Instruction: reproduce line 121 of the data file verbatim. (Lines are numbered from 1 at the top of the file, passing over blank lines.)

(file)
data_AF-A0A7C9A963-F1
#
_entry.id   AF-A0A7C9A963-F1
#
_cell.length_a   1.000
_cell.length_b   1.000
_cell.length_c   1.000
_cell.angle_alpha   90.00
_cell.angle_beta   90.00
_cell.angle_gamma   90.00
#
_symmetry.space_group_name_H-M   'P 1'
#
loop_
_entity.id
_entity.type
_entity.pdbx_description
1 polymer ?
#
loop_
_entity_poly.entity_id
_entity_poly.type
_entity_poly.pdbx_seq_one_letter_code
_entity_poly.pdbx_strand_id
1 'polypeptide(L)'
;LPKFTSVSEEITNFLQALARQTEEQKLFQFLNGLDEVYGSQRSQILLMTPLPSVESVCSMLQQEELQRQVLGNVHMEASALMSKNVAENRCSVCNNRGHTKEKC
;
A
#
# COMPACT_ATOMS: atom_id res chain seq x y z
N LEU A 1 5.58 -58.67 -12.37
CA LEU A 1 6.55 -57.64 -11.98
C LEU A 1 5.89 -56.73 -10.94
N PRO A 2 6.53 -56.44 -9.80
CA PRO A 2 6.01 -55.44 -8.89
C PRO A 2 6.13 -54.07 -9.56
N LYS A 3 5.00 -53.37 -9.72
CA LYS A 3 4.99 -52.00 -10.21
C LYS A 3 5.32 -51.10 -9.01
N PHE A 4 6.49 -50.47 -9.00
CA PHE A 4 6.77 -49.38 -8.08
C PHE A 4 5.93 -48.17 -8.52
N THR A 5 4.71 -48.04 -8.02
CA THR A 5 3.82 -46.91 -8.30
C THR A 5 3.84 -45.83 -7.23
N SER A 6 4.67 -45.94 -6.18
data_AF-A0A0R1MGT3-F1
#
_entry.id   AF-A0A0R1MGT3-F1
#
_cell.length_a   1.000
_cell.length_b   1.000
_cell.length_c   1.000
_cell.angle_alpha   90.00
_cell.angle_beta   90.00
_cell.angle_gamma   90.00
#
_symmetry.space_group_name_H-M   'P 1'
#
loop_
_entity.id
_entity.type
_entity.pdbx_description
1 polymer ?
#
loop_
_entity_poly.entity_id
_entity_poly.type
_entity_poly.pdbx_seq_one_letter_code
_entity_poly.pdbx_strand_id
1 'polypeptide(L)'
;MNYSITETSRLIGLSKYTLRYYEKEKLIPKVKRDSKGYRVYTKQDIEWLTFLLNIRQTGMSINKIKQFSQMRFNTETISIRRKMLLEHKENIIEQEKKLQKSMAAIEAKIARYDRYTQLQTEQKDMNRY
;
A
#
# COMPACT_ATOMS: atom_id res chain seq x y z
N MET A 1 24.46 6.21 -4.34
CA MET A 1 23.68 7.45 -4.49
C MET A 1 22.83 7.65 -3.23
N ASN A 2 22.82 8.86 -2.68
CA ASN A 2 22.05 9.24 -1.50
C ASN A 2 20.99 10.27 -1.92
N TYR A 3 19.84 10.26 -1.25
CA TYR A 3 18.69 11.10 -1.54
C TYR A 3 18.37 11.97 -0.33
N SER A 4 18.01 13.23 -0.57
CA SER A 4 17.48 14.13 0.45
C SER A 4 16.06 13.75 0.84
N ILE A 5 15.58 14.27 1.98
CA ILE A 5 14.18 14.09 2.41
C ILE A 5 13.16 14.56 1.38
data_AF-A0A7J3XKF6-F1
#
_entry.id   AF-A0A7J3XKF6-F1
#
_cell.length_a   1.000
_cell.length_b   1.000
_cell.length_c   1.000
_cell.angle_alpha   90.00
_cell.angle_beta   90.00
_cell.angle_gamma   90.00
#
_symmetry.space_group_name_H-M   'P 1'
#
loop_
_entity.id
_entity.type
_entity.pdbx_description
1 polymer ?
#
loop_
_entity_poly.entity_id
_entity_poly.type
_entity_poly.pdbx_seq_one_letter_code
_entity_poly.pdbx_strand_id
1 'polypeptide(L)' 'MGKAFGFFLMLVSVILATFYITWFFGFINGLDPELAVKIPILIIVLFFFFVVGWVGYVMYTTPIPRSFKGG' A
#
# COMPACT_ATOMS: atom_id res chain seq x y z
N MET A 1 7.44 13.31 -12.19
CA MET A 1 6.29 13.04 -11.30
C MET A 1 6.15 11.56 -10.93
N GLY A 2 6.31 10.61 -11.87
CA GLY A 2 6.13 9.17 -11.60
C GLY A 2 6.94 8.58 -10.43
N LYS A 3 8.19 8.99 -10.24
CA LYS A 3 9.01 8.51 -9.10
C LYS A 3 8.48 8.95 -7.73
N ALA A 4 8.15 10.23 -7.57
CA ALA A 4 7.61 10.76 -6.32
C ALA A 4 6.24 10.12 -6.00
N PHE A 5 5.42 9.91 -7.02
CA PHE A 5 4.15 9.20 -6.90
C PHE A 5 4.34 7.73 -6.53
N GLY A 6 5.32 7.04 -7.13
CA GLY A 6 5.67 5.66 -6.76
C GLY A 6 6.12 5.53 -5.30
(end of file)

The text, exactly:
C MET A 1 6.15 11.56 -10.93